are to be butt welded using the TIG process. 29. 8. The included bevel angle will have to be reduced. c. Bend tests. Open single bevel. 27. d. 3. b. An Izod impact machine is used to give indication of the Toughness of a material. 26. Excessive root faces. c. Prevent porosity at the join-up. b. Aid better penetration at the join-up. b. d. b. Root fusion may be difficult to obtain. b. Two low carbon steel pipes. Overheating during welding. When carbon percentage increases. 2. Reduce the electrode size required. 150mm diameter and 6mm wall thickness. Reduce the overall consumable consumption. The ability of a material to be stretched out without breaking is called Ductility. d. A correctly made tack weld should slope from the middle to the ends in order to: a. Lack of root penetration. Open single Vee. Excess reinforcement profile will be difficult to obtain. Root bend. d. The property of a metal to return to its original shape is called Elasticity. there is a decrease in Ductility. which of the following preps is most suitable? a. d. Macro examination. The ability of a material to withstand a load pulling it apart is called its Tensile Strength. 4. c. PROPERTIES OF MATERIALS 1. Impact tests. c. To ensure a full strength joint. 130 . Too large a diameter of filler rod should not be used to make a welded joint because: a.130 c. 28. The gap setting will have to be changed. 30. Lack of ductility is called Brittleness. The ability to withstand indentation is called Hardness. Open square preparation. 6. 5. Incorrect gap setting. 7. c. If pipe bores are not matched correctly it can result in: a. Charpy impact. Increase in carbon content causes an Increase in strength and hardness. Fracture tests. d. Closed square preparation. Which of the following destructive tests is not normally required for welder approval? a.

20. b 131 . 23. 9. 14. 20. 11. 16. 15. 24. 30. ANSWERS PAPER ONE 1. The amount of martensite formed depends on the speed of Cooling and the percentage of Carbon. 23. 16. c 22. Sulphur and phosphorus are not alloying elements. 26. 9. 26. 14. 20. 14. c b b c 6. 13. d 2. Low carbon steel contains less than 0.131 9. 13. c b c b 2. c 22. The tough laminated structure that is formed on slow cooling of ferrite and iron carbide (cementite) is called Pearlite. 27. 11. while a small percentage of nickel will increase Toughness. 30. 19. 18. This is called Tempering. 28.2% carbon. 21. 24. Low ductility in a weld metal could result in Cracking. a 29. 11. An alloy that contains a high percentage of chromium and nickel would have resistance to Corrosion. b b d c 7. c d b d 5. 21. 27. d 4. d b b b PAPER THREE 1. b PAPER TWO 1. the structure may be improved by reheating to 200-300°C. d 29. 10. 19. b a a c 4. d c a d b 3. a d b c b 3. Alloying is used to Increase mechanical and physical properties of a steel. 18. they are Impurities. c a a d 6. d b c c 5. 18. 25. a 3. b 8. 17. Alloying allows designers to use Smaller/Thinner sections and still have the same strength. d 15. a 15. After quenching. 12. 17. 25. d 8. 17. c 7. 10. 16. Quenching a carbon or low alloy steel will result in an Increase in hardness and a Decrease in ductility. 19. 12. 12. d 6. 28. d 2. d 5. b d b b 4. 13. Small percentages of chromium will increase the strength and Hardness. c c c b 7. The hard constituent that results when steel is quenched is called Martensite. 10.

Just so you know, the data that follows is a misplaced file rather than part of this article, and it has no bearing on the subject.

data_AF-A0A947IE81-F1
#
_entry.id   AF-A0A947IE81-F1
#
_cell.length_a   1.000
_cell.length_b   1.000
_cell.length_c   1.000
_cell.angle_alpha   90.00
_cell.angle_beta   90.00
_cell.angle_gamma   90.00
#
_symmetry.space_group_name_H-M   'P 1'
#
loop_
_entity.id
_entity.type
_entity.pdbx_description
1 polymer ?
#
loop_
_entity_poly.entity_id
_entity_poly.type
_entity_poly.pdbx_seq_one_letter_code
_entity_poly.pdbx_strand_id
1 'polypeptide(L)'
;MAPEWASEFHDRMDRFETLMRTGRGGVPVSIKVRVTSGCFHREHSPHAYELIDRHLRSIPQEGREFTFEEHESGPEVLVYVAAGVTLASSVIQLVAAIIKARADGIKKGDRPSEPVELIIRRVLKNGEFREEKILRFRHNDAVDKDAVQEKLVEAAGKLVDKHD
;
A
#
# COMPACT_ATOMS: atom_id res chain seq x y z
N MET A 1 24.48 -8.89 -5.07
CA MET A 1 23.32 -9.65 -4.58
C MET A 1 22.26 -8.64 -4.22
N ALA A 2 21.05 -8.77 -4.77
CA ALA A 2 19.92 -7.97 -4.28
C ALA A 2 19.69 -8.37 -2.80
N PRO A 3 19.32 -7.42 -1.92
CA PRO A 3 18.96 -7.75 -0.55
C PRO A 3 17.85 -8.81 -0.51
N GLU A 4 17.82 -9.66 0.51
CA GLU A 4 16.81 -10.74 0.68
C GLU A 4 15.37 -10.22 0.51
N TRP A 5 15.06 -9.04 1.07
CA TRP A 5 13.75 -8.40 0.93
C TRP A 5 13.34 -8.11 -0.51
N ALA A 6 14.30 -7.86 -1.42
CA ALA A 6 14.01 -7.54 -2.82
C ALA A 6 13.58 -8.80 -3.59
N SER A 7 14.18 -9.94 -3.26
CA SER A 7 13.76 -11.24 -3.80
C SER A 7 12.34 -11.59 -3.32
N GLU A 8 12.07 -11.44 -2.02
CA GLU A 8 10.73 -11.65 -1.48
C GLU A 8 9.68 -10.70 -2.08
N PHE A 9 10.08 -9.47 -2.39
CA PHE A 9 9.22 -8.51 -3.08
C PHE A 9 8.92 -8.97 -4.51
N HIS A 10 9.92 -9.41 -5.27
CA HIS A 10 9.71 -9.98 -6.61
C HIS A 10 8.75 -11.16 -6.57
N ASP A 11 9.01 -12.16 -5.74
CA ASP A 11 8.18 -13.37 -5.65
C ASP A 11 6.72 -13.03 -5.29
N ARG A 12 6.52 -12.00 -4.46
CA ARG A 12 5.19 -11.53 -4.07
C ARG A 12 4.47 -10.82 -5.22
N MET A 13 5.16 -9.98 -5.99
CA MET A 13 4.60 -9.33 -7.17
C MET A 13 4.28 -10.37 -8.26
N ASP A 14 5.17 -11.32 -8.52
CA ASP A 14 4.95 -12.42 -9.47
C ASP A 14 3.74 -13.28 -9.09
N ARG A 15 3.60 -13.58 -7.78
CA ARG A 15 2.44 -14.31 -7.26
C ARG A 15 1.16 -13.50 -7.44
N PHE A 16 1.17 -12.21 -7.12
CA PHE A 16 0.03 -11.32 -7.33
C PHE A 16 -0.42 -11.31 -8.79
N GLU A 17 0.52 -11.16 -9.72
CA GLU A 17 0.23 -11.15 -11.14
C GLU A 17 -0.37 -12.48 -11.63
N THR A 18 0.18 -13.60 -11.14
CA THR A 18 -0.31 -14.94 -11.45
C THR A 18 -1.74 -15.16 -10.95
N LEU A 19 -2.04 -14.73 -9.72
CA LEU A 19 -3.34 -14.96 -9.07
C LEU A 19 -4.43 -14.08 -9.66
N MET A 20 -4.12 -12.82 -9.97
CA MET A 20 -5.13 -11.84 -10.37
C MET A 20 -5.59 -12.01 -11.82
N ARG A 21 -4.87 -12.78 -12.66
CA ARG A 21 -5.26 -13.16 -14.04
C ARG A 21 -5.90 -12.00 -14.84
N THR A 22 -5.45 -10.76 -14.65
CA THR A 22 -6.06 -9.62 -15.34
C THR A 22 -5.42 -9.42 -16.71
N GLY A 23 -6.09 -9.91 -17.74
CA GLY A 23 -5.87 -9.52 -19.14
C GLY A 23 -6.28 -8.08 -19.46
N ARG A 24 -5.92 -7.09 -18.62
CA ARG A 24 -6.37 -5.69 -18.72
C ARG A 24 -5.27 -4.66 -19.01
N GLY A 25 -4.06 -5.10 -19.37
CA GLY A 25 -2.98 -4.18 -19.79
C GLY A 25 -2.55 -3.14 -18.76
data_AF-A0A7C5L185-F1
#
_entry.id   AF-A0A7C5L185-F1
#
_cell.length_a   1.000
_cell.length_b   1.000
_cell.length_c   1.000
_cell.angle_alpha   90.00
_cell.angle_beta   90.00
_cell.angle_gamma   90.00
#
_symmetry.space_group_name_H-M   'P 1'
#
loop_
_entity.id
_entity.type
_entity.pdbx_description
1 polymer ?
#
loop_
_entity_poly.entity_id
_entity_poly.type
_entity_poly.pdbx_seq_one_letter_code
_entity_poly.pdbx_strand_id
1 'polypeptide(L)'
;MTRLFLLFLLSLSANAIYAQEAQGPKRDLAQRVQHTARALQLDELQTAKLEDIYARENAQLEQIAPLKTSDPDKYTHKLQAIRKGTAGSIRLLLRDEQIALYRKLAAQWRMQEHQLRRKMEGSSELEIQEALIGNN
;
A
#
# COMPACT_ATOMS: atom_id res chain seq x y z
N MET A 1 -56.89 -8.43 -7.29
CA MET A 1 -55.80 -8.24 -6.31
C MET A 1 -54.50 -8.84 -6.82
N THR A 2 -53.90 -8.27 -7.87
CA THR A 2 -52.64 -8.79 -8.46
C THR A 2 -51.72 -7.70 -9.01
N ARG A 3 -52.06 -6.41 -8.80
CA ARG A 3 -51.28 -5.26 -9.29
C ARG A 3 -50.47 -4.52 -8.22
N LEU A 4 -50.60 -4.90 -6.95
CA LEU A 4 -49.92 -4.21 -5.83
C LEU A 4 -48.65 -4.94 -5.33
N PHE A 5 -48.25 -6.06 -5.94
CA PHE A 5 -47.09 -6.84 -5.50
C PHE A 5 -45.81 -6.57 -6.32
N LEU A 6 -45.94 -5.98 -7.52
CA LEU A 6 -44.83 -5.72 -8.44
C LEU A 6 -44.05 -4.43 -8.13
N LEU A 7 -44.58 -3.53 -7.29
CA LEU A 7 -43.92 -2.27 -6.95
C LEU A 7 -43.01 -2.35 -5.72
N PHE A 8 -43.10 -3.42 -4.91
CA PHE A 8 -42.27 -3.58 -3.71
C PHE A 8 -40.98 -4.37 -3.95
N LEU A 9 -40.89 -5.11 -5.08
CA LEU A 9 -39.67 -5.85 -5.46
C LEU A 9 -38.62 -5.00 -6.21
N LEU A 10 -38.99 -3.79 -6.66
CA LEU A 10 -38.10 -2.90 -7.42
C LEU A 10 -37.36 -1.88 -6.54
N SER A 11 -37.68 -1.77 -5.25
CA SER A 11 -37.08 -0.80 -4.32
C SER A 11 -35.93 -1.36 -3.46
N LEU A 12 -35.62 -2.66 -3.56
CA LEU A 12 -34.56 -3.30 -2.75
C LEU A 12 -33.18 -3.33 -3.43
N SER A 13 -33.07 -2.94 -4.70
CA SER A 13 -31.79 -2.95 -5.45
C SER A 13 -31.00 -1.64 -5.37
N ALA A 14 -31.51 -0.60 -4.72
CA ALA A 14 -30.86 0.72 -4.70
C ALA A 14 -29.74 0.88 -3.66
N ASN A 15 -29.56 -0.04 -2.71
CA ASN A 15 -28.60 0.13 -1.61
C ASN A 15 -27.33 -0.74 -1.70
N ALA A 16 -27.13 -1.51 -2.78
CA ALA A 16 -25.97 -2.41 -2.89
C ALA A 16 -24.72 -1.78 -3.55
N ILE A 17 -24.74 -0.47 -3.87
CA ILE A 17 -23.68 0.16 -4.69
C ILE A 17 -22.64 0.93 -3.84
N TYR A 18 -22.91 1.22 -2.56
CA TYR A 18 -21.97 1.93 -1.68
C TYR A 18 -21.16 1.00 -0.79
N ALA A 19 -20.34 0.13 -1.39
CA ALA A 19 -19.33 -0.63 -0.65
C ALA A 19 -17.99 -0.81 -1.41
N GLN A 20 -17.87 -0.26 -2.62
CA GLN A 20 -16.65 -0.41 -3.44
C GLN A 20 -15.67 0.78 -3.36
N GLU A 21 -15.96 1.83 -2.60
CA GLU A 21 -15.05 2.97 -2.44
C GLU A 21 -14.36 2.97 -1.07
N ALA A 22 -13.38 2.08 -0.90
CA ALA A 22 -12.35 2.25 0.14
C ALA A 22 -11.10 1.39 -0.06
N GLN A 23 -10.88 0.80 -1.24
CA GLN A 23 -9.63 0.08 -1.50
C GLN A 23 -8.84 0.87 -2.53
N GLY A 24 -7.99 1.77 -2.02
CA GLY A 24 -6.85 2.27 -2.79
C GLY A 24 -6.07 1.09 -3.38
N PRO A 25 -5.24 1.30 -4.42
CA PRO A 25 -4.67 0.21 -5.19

Cooling. 4. a 30. 18. 20.. 10. 26. 22. 20. 17. 11. Increase.Decrease 17. 2. 29. 8. d d a b c d a d 5. Hardness. 6. 12. 19. b d a b b 3.0. d d d b 10. 13. 21. 16. a 22.. 24. 22. 132 . b d d b 6. 18. 8. d 18. b 20.. 5. 3. 12. 21. d 12.Increase. b c c d 2. 12. 27. a 26. 19. a 30. PAPER FIVE 1. b b a c 5. a 23. 21. 30. Elasticity. 15. 20. 9. 3. a 23. 4. a 28. d 30. 19. 14. c 23. 10. b 14. d 22. Tensile Strength. 27. a d c c 6.Toughness. 10. Smaller/Thinner. 17. 26. 9. d 21. 22. 7. 19. b 24. 24.Pearlite. 29. 7. b 2. 6.. 23. 11. c d d b b 4. 18. b 9. b c c a d b c c 7. d d c b 7. Impurities. b PAPER FOUR 1. c 2.. 12. 28. 26. PAPER SEVEN 1. c b b b a d b a a b 3. d 28. Increase. 14. 25. 23. 25. a 16. 15. 15. 8. Corrosion. a b a b d b 3. 20. 16. d 21. d 13. c a c b 4. Toughness. 20. 19. d 19. b 16. 11. Ductility. b 9. 10. 13. 30. 25. 29. 28.Tempering. 26.Martensite. 14. 17. 28. 27. a d a a 7. d d d a 5. 18. d 15. 17. d 27. 10. a 8. b PAPER SIX 1. 16. d 29. 5. d c c b b a d a PROPERTIES OF MATERIALS 1. c c c a c d c c 6.Carbon. c 9. 18. 25. 11. d 17. d 25. c 9. 12. d 14.2% 13. 29. c 15. 24. 8. 27. b d d c a a c a 4. 24.. 13... 13. c 11. 11. 14. Hardness. Ductility. Cracking.132 8. c 16.. c 2.Brittleness. 15.

133 133 .

Master your semester with Scribd & The New York Times

Special offer for students: Only $4.99/month.

Master your semester with Scribd & The New York Times

Cancel anytime.